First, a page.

For wannabe entrepreneurs cowed by the state of the beauty industry, Palix says there remains plenty of opportunity for innovation to fulfill unmet needs. He identifies oral care, sexual wellness and longevity as categories with interesting entrants cultivating unique value propositions. “The innovation will come from new brands, I’m absolutely convinced of that,” asserts Palix. “Beauty reinvents itself all the time.”

A timeline of hair wellness brand Vegamour’s rise. Launched in 2017, the brand received an $80 million minority investment from private equity firm General Atlantic in 2021, which helped support its entrance into 200-plus Sephora doors.

And there’s no shortage of new brands. Gersten mentions that, in the past three years, TBV has been approached by nearly 1,400 brands. “There are hundreds and thousands that don’t make it. The failure rate is incredibly high, and it should be,” Gersten. The brand failure rate notwithstanding, he emphasizes that beauty “remains the most resilient category. It’s by far, in my opinion, the most attractive in all of consumer, and there are a lot of ways to create value for small brands.”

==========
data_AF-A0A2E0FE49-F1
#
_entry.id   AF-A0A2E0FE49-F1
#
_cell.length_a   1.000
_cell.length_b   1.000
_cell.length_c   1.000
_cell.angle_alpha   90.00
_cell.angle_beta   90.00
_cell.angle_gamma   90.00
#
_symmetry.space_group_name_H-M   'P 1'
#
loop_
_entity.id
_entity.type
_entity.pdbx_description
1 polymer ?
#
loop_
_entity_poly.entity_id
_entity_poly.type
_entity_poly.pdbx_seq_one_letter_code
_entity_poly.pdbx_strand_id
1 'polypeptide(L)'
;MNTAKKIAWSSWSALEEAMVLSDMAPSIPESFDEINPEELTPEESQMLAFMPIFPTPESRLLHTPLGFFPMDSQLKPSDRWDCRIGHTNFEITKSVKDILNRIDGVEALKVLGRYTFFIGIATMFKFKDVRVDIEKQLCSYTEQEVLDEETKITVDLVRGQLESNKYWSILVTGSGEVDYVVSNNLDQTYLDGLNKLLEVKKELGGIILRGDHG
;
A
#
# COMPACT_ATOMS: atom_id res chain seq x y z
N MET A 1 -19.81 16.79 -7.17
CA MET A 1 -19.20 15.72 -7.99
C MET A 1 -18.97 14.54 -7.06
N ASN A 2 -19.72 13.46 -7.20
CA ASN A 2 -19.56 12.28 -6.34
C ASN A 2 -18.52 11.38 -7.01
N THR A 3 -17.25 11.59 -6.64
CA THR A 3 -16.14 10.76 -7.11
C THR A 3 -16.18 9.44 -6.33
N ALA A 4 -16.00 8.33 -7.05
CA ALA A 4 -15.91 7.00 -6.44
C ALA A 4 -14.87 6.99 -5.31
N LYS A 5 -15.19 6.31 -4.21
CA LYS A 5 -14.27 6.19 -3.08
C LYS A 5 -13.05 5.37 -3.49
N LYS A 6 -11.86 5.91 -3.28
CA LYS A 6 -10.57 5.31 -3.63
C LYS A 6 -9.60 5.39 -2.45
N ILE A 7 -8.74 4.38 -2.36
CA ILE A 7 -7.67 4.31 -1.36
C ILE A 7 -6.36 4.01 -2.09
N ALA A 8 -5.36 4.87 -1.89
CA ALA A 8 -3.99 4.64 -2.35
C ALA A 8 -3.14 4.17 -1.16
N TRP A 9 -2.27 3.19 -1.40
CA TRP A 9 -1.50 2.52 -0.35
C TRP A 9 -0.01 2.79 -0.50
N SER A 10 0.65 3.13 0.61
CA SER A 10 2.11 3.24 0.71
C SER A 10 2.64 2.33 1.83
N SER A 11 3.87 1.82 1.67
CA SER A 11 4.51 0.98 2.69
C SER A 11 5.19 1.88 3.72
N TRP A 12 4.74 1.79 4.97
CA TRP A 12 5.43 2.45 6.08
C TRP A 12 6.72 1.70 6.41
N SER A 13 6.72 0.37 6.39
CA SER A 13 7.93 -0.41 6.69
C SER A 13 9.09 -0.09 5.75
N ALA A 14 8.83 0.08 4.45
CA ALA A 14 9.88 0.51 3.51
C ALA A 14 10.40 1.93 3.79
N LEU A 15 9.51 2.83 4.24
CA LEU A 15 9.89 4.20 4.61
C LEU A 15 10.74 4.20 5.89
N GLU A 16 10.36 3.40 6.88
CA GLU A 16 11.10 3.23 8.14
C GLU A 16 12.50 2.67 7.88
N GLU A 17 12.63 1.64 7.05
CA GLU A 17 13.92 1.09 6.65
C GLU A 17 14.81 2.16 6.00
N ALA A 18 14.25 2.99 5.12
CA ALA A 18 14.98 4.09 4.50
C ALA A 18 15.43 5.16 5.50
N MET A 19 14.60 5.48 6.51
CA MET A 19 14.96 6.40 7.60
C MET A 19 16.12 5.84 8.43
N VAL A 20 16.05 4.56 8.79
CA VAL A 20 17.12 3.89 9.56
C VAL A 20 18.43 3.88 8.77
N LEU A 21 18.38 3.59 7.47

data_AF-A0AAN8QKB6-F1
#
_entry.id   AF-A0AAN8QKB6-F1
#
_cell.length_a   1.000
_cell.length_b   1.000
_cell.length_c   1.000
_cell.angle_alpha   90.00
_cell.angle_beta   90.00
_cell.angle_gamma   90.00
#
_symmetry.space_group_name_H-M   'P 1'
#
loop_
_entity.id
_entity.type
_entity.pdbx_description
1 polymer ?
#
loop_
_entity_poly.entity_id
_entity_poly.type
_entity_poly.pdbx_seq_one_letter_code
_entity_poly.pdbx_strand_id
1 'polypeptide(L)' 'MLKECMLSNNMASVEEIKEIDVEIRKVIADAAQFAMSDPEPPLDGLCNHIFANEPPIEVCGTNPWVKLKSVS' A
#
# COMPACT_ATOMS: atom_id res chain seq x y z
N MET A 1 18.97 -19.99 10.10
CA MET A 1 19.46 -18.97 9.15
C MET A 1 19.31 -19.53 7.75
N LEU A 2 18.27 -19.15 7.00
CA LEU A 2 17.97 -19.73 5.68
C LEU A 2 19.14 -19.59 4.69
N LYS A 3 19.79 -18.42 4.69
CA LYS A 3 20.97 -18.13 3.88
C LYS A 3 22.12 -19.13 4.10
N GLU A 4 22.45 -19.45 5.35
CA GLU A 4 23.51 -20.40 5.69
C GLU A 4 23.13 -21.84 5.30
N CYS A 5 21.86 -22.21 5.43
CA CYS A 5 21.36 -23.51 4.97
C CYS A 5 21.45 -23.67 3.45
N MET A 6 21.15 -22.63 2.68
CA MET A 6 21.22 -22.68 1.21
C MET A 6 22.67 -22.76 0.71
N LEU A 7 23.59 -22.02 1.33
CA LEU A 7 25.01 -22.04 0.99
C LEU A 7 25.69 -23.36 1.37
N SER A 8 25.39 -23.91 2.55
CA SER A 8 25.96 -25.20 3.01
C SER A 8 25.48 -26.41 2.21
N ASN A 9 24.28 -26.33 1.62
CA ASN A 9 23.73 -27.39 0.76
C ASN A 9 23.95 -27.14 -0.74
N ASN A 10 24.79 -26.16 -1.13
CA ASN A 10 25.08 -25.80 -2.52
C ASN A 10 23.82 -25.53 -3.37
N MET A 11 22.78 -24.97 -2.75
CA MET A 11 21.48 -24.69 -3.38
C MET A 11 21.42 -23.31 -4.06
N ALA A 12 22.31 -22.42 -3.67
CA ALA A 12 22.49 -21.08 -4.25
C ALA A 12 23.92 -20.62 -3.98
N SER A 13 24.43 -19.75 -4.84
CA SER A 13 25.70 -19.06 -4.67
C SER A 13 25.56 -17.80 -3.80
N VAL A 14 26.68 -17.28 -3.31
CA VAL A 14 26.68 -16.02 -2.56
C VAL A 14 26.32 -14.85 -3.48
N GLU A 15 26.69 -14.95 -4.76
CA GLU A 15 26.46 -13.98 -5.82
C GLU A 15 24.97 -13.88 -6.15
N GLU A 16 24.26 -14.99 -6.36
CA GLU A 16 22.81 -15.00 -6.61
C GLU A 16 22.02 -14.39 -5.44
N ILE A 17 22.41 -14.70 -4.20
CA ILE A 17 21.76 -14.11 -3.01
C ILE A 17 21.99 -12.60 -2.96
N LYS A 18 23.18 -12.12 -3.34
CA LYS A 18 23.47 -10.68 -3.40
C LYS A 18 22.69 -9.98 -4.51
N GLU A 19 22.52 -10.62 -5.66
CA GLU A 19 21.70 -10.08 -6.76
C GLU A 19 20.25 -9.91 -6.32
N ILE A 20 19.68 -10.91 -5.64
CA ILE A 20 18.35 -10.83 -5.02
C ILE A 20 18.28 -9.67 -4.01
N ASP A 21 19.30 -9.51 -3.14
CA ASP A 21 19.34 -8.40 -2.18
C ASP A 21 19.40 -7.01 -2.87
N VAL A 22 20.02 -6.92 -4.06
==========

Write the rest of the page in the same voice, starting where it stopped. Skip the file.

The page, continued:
On the whole, Gersten underscores that emerging beauty brands grow faster than their established counterparts—and he foresees that dynamic persisting. “There’s a consistent share-shift game from indie brands and larger legacy brands,” he says. “Those larger brands desire to continue to show their own growth, and they do it through M&A. So, you can argue that it’s R&D they’re looking for, and I can also argue that it’s growth and capabilities that they’re looking for, and it’s a flywheel that is very hard for them to get off of because they need to show continued sustained growth…and those players that are showing that continued sustained to growth tend to be the smaller indie brands.”